These measures provide a baseline and area of focus for your team to see results. 

 


2. Engage stakeholders across locations and departments


Alignment of your measures across your organization is critical to building momentum and acceptance. Get all stakeholders involved up front and define what success looks like, then gain agreement. Make sure you are engaging your suppliers, distributors, clinicians, finance, and purchasing. 


Once you have a good cross-functional team, identify roles and responsibilities for developing and implementing any changes. Identify people who are responsible for implementing the changes and have one accountable person to make sure plans are enacted. Don't forget those people you need to consult in decisions and those you should inform about any changes or impacts.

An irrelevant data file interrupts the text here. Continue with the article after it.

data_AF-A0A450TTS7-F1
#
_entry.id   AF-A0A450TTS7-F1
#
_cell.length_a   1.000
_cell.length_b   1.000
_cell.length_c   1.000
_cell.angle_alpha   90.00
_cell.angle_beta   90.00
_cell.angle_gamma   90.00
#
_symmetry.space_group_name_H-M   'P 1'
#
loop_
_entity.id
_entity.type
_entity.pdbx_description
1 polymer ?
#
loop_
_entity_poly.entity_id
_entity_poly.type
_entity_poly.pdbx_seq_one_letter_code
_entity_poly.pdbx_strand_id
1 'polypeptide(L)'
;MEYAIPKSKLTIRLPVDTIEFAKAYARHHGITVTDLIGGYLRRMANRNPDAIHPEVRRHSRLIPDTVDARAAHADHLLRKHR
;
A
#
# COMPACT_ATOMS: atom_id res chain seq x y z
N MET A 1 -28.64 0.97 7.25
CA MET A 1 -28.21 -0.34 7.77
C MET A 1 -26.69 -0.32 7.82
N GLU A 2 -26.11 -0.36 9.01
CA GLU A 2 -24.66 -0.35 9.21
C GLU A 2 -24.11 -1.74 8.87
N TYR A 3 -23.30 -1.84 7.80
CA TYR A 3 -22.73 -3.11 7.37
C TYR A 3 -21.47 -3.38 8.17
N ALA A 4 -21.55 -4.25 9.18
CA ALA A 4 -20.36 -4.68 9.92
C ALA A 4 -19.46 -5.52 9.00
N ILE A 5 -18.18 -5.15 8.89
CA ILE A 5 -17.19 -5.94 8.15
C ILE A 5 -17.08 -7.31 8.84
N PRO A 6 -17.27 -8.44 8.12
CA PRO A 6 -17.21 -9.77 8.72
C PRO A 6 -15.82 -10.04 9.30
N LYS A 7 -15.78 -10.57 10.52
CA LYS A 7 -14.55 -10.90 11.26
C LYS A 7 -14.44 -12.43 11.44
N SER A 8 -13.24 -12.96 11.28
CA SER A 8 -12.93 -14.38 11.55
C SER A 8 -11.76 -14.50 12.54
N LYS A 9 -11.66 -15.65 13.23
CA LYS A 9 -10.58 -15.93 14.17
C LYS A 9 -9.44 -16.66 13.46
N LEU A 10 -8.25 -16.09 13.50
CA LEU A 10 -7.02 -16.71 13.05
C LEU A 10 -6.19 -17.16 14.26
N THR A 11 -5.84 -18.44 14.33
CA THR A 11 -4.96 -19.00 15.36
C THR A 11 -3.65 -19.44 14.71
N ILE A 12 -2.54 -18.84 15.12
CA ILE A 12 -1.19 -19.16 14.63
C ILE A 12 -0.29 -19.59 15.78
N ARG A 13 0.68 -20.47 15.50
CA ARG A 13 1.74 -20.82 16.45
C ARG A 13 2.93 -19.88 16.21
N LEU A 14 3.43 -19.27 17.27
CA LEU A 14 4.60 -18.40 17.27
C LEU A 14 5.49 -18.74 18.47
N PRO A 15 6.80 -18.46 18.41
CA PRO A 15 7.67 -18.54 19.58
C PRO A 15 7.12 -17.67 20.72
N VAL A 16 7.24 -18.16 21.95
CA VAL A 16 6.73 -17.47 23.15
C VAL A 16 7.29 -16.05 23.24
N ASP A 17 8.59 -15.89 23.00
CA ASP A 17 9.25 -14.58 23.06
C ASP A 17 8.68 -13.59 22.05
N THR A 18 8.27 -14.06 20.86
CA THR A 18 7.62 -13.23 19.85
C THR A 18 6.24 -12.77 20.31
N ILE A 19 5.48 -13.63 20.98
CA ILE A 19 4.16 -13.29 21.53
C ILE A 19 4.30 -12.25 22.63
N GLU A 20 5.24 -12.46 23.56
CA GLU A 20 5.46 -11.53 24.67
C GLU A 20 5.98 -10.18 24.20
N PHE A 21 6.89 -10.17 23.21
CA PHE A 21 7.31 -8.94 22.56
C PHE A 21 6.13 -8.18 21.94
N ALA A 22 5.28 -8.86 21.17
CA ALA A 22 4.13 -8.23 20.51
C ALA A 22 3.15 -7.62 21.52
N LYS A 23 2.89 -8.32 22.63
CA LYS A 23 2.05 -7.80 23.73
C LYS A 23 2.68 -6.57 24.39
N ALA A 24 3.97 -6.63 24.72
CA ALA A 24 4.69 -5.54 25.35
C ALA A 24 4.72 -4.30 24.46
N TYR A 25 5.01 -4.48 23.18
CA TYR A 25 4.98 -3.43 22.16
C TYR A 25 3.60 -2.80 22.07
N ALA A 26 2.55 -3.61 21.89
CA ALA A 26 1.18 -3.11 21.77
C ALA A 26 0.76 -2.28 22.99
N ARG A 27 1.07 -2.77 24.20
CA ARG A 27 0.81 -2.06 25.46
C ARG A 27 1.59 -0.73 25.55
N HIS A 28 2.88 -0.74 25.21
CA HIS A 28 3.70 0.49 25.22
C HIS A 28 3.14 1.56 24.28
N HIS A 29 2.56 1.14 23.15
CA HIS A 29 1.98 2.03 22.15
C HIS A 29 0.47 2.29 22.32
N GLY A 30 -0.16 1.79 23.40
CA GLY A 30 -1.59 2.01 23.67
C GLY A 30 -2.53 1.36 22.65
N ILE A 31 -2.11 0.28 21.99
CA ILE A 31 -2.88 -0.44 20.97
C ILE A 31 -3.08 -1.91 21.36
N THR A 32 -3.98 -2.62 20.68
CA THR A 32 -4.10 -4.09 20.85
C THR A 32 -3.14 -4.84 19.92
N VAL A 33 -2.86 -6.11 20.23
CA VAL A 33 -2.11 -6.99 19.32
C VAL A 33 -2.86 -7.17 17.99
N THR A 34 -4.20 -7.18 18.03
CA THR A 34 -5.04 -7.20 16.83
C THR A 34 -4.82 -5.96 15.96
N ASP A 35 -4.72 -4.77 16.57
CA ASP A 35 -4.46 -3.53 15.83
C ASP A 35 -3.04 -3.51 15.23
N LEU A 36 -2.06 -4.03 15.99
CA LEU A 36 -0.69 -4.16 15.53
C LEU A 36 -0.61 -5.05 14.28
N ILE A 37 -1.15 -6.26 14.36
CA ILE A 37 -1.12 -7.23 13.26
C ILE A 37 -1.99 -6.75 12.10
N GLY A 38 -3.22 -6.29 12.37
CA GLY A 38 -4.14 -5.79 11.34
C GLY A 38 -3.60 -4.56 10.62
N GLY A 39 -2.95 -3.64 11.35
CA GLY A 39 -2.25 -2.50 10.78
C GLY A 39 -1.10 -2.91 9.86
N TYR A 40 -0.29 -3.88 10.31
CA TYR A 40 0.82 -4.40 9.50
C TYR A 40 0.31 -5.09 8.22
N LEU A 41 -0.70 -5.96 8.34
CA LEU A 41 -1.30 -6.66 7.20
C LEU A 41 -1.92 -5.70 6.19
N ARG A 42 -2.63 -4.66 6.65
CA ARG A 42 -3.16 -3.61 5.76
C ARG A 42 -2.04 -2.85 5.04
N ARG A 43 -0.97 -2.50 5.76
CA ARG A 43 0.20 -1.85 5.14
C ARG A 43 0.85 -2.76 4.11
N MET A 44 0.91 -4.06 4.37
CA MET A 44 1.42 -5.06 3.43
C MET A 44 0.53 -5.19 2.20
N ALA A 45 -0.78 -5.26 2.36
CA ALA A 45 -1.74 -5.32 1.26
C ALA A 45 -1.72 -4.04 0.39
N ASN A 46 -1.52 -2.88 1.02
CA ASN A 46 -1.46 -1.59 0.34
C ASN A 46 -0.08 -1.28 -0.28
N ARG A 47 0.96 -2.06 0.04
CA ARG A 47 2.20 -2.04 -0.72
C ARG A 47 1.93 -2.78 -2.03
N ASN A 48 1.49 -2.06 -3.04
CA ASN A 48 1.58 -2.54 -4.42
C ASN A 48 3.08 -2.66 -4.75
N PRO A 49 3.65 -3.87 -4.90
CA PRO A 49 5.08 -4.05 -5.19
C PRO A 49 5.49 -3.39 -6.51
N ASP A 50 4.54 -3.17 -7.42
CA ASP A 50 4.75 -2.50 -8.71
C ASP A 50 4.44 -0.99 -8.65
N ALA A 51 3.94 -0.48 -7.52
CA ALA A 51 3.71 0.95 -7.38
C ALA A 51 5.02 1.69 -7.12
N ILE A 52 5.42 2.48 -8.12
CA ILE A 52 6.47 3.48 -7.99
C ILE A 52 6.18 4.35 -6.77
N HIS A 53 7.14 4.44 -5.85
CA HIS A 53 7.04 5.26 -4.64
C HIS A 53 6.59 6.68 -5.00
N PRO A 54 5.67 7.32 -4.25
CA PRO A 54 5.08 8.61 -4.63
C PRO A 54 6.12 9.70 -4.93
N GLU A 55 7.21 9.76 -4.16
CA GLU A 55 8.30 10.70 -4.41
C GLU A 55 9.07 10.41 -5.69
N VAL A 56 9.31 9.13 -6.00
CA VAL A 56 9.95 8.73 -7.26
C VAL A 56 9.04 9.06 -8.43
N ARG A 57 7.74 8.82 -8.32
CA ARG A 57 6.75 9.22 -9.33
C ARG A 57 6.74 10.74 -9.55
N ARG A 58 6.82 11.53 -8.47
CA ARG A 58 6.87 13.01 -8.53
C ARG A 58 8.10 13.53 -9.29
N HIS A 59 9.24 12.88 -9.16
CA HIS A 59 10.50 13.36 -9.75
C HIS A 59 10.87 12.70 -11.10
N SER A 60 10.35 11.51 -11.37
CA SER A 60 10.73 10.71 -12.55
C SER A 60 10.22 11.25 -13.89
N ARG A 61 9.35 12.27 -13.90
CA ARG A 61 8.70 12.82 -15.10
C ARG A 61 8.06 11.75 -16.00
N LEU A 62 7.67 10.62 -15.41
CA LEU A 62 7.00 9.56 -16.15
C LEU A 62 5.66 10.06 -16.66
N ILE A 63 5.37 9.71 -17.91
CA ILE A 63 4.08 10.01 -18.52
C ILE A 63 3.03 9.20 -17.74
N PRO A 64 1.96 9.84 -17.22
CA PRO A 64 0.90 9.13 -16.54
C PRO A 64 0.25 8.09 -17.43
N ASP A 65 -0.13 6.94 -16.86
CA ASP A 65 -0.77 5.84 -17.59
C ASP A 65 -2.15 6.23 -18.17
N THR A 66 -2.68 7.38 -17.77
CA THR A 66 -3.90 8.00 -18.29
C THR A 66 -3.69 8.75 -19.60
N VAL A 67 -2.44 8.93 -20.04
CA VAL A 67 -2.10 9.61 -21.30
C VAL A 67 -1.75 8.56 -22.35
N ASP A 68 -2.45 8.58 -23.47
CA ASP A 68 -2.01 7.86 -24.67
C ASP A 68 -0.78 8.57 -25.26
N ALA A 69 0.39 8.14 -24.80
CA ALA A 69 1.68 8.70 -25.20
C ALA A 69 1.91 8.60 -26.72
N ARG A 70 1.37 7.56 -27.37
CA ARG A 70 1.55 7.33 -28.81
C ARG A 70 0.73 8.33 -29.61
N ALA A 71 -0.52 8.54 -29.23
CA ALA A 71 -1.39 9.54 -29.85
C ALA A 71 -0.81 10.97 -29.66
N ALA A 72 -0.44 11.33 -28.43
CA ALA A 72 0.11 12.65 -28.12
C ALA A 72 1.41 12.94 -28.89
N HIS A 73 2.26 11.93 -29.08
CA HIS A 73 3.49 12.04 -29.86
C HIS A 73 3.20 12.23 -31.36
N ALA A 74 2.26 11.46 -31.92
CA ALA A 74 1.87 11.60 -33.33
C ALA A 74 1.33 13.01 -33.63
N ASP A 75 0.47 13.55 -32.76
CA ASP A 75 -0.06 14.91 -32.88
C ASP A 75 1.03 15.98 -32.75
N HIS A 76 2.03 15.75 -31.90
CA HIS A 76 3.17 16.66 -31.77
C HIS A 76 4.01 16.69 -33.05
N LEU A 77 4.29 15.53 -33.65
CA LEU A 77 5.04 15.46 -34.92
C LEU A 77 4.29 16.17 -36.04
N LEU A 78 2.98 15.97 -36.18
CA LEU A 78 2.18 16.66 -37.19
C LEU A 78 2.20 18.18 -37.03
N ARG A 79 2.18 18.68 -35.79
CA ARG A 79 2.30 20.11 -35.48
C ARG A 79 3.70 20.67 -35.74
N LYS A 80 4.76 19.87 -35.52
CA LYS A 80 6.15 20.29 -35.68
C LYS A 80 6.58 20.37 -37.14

3. Develop and implement a product strategy


This is where you will begin to reduce cost and complexity once you have your measures and teams identified. As you go through this exercise, make sure you are tracking the savings and sharing the results with your team. This helps to reinforce everyone's buy-in on the change. 

 

  • Start easy with commodity items where you have a lot of choice, like paper towels. Pick something that does not have a lot of personal preference.
  • Don't forget about drugs, lab reagents or office supplies - anything that you order, put on the shelf and pay for.
  • Get the whole organization involved and make the change across the entire organization. 
  • Implement in small waves, one at a time. Making multiple changes at once is hard on the team and not often successful.